It's Science Friday, and what better way to end the week than with a musical interlude--musical research interlude, that is. Today in Science's online news service, ScienceNOW, I report on a study that suggests the ability to detect emotional expression in musical pieces is universal. That's Thomas Fritz of the Max Planck Institute for Human Cognitive and Brain Sciences in Leipzig, Germany in the photo. He is playing happy, sad, and scary music (by Western standards) to the Mafa people, an isolated ethnic group in the Cameroon many of whom have never heard a radio or listened to Western music in any way. They still do pretty well detecting what emotions are being expressed. The study supports the idea that music is the result of Darwininan evolution, perhaps because it helped cement group solidarity or improved our ability to communicate emotional states.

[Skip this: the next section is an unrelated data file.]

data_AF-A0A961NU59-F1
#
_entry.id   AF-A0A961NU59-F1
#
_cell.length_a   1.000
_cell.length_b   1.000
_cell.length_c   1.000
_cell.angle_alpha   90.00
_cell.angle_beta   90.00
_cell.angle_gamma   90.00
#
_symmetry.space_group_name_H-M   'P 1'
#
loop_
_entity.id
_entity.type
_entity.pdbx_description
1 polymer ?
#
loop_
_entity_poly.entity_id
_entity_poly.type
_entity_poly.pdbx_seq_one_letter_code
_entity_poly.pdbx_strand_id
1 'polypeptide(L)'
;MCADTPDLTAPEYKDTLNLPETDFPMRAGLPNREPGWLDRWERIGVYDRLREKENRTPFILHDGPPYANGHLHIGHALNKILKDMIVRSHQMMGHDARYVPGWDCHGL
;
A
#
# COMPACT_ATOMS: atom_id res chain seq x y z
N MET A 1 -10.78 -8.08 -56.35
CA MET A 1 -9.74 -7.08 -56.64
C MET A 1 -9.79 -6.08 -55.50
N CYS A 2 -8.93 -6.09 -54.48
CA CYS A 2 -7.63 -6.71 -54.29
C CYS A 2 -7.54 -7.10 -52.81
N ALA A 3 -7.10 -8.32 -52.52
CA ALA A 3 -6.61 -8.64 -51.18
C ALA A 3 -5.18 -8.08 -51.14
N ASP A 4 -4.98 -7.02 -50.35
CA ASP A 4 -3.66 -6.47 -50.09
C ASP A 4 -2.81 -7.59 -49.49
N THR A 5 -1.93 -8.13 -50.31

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Photo credit: Thomas Fritz.